• Current RFID tag designs use two-dimensional (2D) linearly polarized antennas to transmit and receive data from the tag. These antennas can be formed in any suitable manner, such as by being placed or wound onto the tag when formed of a wire coil, or by being printed directly on a substrate for the tag when formed of a conductive ink or metal etching. The antennas for the tags are formed to have particular length that enables the antenna to receive signals within the particular bandwidth to which the tags are tuned. The antennas are optimally designed to receive signals within a particular section of the frequency bandwidth in which they are operating. This enables the antennas, and consequently the RFID tags to which they are attached, to react to signals received from interrogating devices within this frequency band, and to transmit the read data or information contained on the tags via the antenna back to the device. The tuning of the antennas to a particular section of the frequency bandwidth also allows the antennas to ignore those additional transmissions within the assigned frequency bandwidth, but outside of the particular section of that bandwidth to which the antenna and RFID tag device are tuned.
  • However, with these types of antennas, there are certain inefficiencies associated with their design that limits the effectiveness of the RFID tags having 2D antennas. Initially, because the antennas are formed as a two-dimensional structure, the antennas must be sufficiently large to be capable of receiving the signals broadcast from a particular interrogating device with which the RFID tag is to be utilized. Thus, due to the required size for the 2D antenna, the RFID tag device including the antenna must be large enough to accommodate the entire antenna as well as the additional components of the tag. Most often, this requires that the RFID tag device be approximately four (4) inches square, rendering the tag device unworkable for many applications in which the item or section of the item to which the RFID tag device would be attached too small for use with RFID tag devices of this size.
  • Furthermore, based on the relatively large size of the bandwidth sections that the antennas are designed to operate in, multiple RFID tag devices modulating within the same area and within the same frequency bandwidth are often affected by signal interference. The reason for this is that the licensed and unlicensed frequencies in which RFID tag devices are designed for use have a limited amount of bandwidth. Because the 2D antennas can only be accurately formed or tuned below a limited bandwidth section, a correspondingly limited number of physical channels or sections are available within that bandwidth. Thus, when multiple RFID tag devices are being utilized in a given location, many of these tags will be operating within the same bandwidth section, and those devices operating on the same frequencies can cause signal interference, thereby affecting the signal quality of transmitted read data. Also, multiple overlapping channels, such as those sections to which RFID tag devices are tuned in a given bandwidth, can generate random, unnecessary signal interference. Therefore, for optimum RFID tag device operation, only a limited amount of RFID tag devices can be within the same area or read range, greatly reducing the utility of these prior art RFID tag devices.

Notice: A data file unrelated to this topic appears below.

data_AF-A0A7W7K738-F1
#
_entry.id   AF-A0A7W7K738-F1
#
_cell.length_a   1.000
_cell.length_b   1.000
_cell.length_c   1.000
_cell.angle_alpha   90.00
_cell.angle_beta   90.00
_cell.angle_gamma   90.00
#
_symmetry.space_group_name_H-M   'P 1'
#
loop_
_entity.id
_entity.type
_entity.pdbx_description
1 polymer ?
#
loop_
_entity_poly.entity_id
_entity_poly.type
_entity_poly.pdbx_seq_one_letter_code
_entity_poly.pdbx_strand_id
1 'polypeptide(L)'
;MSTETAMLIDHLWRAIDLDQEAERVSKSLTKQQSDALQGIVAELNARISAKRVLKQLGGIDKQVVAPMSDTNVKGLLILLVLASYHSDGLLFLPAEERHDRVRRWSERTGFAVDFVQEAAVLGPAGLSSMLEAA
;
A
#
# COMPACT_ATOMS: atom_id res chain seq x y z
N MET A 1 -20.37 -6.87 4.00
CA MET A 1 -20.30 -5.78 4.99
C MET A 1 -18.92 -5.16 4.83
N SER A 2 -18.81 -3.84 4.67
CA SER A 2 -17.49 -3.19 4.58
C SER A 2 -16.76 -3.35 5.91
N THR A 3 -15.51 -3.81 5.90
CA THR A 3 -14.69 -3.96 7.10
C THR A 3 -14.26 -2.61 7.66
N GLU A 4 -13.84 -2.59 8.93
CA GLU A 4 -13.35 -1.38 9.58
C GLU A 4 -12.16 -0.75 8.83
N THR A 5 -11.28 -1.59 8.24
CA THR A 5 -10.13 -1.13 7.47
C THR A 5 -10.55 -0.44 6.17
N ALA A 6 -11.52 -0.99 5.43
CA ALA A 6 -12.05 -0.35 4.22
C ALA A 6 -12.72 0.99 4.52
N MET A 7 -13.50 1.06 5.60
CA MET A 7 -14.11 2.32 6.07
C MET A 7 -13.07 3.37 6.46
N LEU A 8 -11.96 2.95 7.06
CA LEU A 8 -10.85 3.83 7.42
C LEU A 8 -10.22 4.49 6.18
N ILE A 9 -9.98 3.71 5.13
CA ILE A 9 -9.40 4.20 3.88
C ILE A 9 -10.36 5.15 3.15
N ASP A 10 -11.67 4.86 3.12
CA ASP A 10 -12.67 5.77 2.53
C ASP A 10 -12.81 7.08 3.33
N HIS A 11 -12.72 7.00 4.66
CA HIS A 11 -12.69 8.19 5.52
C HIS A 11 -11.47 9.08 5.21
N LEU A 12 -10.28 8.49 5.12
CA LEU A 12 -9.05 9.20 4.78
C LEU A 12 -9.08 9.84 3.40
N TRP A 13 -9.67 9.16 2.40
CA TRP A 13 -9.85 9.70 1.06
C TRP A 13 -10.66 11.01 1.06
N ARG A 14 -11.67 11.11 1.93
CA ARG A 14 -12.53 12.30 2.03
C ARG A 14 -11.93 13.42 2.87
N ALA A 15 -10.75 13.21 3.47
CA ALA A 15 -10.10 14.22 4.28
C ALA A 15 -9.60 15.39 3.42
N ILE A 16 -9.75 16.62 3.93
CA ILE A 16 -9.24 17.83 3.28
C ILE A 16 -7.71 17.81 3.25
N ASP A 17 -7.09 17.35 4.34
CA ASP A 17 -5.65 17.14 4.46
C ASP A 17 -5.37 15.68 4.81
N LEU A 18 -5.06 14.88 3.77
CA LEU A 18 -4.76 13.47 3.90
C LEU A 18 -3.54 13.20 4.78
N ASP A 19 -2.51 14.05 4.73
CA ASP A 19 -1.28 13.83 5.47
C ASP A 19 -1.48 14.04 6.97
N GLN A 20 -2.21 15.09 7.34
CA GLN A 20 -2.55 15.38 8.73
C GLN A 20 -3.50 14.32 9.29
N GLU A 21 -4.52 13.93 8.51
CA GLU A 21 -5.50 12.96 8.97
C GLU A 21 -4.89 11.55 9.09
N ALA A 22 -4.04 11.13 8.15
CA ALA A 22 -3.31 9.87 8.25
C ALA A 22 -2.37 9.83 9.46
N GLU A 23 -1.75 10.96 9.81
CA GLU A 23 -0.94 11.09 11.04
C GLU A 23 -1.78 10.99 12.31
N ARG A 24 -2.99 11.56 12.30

• Alternatively, to overcome this signal interference problem and achieve optimum operation of the RFID tag devices, each of the signals transmitted to the RFID tag device can be supplied with sufficient power to overcome any interference from other RFID tag devices operating within the same frequency bandwidth section in the vicinity. However, due to power constraints that are placed on the signals that can be utilized in a given frequency band, and specifically those which are available for use with RFID tag devices, oftentimes the maximum power for the signal to be received by the antenna for the RFID tag device is not sufficient to completely eliminate all interference from other RFID tag devices.
  • In addition, the 2D linearly polarized antennas used in current RFID tag designs reduce the optimum read angle of the device, further reducing the optimum power transfer from RFID tag device to RFID reader.
  • Therefore, it is desirable to develop an improved antenna construction for use with an RFID tag device that is smaller than existing antennas to reduce the size of the tag, and that greatly reduces any problems with signal interference between RFID tag devices because of area and signal range. It is also desirable that the improved antenna construction be capable of enhancing the ability to power passive RFID tag devices with signals from an interrogating or other device.